LinkedIn’s Camilla Han-He thinks more employers will accept career breaks:
Allowing longer videos could hurt TikTok’s reputation for short-form video, Skai’s Margo Kahnrose said:
Taro Shimada will replace Satoshi Tsunakawa as Toshiba’s new CEO. Shimada is taking over as Toshiba plans to split into two companies.
Amee Parekh is the new SVP of HR at Hims & Hers Health. Parekh previously led HR for Uber Eats U.S. and Canada.
Morgan McKenney joined the Provenance Blockchain Foundation as CEO. McKenney is a former Citi exec.
Instagram rolled out auto-generated captions on videos. The captions can be turned on or off.
Apple halted product sales in Russia. The company also limited Apple Pay in the country and disabled traffic and live incidents in Apple Maps in Ukraine.
Google and Apple both booted RT and Sputnik from their app stores. Apple banned the Russian state-run media organizations in all countries outside of Russia, while Google did so only for countries around Europe.
Meta is offering encrypted DMs in Russia and Ukraine. The company will also demote Facebook posts by Russian state media outlets and Facebook posts that include links to Russian state media.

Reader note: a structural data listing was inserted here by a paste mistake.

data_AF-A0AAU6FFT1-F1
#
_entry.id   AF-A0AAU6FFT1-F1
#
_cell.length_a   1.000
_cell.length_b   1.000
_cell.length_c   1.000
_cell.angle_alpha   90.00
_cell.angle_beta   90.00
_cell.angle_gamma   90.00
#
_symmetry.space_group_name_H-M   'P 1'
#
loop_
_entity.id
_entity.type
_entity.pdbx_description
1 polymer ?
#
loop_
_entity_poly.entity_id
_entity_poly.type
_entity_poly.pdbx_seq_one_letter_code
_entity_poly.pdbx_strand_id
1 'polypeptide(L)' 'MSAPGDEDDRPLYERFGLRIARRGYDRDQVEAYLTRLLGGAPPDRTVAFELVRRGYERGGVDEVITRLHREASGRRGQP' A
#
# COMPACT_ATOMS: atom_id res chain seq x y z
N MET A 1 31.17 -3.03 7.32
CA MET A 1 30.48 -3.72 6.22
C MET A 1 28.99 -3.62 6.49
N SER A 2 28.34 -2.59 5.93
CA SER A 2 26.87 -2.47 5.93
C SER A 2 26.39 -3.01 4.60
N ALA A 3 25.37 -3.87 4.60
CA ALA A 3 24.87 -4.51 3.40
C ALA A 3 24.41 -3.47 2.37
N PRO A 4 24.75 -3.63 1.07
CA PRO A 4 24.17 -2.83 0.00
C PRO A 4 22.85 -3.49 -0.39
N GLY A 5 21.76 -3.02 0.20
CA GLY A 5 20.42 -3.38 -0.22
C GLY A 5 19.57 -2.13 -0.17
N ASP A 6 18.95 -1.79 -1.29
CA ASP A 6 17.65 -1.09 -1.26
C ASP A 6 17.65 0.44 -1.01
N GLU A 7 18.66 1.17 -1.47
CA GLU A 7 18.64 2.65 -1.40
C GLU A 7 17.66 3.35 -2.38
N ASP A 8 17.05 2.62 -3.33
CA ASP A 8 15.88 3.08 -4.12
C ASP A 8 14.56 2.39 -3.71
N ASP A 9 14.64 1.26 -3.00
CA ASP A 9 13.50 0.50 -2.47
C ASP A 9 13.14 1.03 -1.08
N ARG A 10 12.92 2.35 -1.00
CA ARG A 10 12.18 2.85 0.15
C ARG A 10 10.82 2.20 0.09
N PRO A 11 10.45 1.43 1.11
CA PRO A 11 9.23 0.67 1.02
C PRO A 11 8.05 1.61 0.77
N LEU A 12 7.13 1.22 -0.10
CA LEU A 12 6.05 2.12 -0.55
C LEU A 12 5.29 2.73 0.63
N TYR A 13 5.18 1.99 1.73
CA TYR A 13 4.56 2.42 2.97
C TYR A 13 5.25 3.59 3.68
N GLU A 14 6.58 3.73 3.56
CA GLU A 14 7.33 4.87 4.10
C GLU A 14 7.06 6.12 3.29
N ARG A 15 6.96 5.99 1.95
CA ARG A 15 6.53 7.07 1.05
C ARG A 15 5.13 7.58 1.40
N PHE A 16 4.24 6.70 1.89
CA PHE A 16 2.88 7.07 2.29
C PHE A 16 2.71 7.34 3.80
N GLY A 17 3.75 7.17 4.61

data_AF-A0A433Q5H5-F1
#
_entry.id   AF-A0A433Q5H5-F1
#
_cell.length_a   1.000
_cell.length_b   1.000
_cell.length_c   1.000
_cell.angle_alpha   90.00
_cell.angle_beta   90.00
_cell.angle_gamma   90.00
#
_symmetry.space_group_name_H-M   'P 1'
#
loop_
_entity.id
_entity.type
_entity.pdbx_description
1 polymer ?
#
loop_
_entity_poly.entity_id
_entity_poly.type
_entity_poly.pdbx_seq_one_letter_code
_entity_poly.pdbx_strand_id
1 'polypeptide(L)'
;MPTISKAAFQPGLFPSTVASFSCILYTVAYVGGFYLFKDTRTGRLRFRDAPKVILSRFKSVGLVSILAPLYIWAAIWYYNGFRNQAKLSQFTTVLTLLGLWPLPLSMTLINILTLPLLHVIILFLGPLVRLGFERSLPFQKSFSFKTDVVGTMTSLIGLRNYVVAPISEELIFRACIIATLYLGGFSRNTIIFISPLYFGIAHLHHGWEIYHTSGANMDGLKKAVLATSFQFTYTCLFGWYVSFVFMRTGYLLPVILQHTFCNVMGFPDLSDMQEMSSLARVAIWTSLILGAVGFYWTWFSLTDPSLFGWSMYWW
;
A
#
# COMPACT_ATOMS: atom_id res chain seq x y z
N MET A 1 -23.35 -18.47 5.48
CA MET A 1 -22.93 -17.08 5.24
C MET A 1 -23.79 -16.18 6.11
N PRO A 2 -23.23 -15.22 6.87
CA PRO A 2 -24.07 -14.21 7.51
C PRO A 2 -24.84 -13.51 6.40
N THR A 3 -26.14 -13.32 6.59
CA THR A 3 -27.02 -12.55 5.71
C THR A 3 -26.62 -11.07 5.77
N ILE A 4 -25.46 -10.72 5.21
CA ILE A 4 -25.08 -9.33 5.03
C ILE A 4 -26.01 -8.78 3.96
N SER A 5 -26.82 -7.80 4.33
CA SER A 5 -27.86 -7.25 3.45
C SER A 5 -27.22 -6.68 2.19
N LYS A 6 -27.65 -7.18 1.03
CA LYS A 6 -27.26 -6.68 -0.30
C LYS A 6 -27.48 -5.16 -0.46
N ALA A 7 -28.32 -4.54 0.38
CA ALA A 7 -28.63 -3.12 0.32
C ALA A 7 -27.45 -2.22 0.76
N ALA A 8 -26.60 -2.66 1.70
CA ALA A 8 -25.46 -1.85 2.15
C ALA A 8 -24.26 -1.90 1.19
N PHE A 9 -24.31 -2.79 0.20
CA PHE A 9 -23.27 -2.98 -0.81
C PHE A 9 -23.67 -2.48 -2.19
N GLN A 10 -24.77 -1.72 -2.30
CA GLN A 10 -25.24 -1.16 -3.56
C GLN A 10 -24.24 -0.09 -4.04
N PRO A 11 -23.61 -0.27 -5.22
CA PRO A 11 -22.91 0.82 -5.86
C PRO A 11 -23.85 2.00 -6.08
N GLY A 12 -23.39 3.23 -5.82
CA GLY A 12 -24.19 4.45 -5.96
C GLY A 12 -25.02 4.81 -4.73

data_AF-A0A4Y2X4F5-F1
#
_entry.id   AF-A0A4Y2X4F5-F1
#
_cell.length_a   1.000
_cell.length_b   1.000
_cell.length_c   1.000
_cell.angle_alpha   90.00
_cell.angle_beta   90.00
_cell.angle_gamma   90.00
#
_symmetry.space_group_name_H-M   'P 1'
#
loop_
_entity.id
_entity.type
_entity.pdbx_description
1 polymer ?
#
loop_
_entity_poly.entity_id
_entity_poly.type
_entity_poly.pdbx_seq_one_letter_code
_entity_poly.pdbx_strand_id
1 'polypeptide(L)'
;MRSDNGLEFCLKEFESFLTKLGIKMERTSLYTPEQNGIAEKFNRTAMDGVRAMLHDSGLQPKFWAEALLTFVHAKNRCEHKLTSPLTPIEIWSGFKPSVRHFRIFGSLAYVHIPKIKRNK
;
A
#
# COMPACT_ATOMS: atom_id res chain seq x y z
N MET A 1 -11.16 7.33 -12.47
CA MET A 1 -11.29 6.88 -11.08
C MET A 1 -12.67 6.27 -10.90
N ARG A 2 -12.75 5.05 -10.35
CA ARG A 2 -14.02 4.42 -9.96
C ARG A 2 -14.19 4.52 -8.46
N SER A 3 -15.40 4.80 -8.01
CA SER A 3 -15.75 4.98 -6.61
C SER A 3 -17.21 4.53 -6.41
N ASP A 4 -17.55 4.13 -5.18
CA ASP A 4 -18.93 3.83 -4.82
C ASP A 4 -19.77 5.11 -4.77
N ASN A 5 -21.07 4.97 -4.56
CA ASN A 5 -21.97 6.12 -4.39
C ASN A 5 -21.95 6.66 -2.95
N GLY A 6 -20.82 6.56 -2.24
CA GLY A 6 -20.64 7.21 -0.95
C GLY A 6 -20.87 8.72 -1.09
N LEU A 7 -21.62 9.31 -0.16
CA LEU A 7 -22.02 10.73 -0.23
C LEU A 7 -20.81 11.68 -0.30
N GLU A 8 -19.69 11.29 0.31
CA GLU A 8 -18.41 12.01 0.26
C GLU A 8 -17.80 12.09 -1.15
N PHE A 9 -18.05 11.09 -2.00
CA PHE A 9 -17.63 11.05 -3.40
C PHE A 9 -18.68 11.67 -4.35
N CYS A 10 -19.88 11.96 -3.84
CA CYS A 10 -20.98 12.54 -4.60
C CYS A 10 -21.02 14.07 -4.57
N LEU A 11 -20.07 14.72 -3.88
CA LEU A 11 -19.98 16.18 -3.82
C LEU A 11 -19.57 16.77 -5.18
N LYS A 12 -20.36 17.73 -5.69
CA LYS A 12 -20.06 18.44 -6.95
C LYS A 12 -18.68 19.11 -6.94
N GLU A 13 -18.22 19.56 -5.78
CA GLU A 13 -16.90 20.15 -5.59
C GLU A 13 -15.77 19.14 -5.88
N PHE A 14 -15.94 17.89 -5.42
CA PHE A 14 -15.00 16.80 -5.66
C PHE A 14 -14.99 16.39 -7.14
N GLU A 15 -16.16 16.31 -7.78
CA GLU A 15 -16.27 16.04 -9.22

Google is on an audio hardware spending spree. The company has acquired at least four startups and teams in the space over the past 15 months, suggesting a bigger push into audio.
China has new rules for tech companies’ algorithms. Chinese tech companies need to tell users if they’re using algorithms to push content to them, among other rules against generating fake news and exploiting gig workers.
Chinese social media platforms are trying to stop fake news about Ukraine. Platforms like Douyin and Weibo are taking down posts and suspending accounts that spread misinformation.
David Boggs died last month. Boggs was an electrical engineer and computer scientist who helped create Ethernet.
Consumers once thought that shopping online would offer more transparency when it came to prices, giving everyone an opportunity to shop around and find better deals. But in reality, no one knows what anything really costs anymore, The New York Times reported.
Take paper towels, for example: Last year, a 12-roll pack of Bounty sold for around $30. By April, it fell to $23. In October, it bounced back up to $35, and last week it was around $28. The volatility of online product prices shows how no one really knows whether they’re finding the best deal, or whether they’re even buying the best product to begin with. And, just to compare, at the time of this writing, a 12-pack of paper towels is $33.
Scaling a company that moves money isn’t easy. Bad process, software, or luck can lead to costly errors, and worse, distract from your main priorities. Yet, many companies still struggle to build scalable payment infrastructure. Download our report to learn the main barriers companies face upgrading their payment operations.